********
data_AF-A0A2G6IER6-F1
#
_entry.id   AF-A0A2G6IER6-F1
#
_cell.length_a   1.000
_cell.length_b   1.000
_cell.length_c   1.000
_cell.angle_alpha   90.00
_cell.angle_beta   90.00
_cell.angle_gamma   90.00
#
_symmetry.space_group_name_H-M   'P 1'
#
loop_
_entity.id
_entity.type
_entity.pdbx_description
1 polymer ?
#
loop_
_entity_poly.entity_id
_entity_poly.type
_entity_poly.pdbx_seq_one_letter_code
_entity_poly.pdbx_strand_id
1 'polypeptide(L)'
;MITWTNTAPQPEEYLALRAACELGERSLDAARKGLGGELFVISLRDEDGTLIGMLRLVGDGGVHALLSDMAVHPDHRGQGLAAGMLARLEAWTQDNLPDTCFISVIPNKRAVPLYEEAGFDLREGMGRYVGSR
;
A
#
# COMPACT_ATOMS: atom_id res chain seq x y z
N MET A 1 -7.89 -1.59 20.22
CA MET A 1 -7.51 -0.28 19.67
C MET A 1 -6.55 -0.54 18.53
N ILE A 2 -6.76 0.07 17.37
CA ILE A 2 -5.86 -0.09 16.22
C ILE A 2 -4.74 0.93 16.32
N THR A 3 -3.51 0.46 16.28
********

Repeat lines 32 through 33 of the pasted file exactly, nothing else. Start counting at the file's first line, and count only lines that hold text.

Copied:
CA MET A 1 -7.51 -0.28 19.67
C MET A 1 -6.55 -0.54 18.53